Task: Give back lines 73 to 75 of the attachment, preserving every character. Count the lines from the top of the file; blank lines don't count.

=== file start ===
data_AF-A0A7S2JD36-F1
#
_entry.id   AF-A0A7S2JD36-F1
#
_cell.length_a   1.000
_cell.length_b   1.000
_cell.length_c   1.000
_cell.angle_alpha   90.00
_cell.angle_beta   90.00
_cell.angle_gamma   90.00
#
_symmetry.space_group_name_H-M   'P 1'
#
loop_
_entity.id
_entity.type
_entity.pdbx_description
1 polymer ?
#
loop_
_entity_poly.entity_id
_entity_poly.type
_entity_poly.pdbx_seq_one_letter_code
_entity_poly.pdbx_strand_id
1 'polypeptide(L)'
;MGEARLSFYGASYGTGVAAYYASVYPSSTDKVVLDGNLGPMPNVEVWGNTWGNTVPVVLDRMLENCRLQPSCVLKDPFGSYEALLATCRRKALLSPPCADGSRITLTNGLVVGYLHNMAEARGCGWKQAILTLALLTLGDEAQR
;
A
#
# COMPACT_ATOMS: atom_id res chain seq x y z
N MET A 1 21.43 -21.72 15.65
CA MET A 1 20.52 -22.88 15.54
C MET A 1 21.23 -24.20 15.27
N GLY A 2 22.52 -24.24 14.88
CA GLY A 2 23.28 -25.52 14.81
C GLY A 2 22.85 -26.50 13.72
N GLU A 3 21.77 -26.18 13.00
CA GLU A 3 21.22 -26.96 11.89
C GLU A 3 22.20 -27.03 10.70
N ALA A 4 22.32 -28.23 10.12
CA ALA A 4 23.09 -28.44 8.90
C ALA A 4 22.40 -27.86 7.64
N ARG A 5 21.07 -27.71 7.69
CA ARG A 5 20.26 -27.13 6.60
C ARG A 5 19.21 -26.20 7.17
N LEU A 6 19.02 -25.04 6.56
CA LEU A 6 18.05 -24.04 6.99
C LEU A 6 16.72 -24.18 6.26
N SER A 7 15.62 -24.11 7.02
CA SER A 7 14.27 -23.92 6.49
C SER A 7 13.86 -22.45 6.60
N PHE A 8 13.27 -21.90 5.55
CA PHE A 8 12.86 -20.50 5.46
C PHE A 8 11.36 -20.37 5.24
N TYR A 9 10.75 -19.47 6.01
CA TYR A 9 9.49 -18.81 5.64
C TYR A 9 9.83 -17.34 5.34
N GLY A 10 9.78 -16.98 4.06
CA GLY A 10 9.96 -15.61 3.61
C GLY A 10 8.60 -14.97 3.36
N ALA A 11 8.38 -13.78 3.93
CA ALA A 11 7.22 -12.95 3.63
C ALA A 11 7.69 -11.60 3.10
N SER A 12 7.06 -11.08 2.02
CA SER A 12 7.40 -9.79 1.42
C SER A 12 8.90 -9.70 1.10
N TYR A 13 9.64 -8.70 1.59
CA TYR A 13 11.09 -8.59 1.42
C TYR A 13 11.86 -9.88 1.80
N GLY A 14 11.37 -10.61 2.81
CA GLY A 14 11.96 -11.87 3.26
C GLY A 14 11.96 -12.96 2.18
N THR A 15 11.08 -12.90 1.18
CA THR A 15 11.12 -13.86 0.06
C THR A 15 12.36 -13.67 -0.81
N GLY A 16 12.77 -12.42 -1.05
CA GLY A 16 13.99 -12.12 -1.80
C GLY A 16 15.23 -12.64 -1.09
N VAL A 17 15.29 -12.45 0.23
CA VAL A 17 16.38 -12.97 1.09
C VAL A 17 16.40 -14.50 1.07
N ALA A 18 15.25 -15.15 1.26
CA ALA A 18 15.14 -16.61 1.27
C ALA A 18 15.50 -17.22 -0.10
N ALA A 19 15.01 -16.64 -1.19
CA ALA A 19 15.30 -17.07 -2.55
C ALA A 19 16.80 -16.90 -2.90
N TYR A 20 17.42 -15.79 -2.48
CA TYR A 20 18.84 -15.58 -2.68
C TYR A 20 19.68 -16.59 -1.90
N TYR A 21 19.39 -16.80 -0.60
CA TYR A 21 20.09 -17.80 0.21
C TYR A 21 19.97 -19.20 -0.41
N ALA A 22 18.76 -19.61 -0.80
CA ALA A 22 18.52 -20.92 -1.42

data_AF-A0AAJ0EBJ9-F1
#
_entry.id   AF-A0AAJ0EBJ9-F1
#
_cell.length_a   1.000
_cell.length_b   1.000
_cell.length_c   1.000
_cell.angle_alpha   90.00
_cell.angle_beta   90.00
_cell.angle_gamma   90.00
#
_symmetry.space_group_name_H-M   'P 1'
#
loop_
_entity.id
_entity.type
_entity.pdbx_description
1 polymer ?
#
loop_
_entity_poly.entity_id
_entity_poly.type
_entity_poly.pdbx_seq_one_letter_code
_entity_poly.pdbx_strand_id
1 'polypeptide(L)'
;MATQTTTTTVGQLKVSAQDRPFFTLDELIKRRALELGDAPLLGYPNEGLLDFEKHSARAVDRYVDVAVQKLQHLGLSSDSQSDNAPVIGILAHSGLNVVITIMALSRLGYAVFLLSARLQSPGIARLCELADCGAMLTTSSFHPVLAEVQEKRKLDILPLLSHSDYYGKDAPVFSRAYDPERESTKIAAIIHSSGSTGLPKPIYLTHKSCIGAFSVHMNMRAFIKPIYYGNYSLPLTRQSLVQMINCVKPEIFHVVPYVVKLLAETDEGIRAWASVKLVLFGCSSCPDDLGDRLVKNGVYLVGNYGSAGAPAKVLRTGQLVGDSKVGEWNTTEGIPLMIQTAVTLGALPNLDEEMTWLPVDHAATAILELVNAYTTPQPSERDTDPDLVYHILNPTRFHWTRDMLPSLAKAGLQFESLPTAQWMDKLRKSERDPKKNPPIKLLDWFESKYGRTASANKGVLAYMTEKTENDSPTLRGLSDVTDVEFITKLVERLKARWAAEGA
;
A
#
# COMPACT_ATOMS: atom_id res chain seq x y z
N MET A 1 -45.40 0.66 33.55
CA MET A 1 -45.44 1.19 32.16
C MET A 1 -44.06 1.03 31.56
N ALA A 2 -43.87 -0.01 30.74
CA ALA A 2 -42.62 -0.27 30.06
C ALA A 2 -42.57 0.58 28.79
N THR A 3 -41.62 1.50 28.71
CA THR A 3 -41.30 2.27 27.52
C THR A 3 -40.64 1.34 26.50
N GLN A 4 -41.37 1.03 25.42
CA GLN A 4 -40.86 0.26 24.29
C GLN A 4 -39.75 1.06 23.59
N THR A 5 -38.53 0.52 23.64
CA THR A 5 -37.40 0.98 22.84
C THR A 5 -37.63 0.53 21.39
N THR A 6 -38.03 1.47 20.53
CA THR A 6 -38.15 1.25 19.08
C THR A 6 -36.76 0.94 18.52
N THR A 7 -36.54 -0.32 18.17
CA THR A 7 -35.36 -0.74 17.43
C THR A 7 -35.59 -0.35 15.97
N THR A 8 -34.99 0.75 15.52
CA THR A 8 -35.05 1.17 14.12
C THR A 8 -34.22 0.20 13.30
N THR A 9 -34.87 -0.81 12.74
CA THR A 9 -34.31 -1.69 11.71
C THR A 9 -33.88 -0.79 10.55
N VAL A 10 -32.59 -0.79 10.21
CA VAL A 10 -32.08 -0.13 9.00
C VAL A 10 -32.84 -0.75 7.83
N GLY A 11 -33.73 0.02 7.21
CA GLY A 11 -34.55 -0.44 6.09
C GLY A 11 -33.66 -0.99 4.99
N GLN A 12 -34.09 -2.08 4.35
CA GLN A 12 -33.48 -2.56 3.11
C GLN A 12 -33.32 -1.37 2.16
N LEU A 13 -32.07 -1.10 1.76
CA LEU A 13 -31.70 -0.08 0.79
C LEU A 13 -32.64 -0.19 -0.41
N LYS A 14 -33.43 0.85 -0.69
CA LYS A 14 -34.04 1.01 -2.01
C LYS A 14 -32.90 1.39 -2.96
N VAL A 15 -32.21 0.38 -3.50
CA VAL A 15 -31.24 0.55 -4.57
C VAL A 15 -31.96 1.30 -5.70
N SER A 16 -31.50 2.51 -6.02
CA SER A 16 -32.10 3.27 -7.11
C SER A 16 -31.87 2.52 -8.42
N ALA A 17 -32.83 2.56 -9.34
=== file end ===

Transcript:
N THR A 15 11.08 -12.90 1.18
CA THR A 15 11.12 -13.86 0.06
C THR A 15 12.36 -13.67 -0.81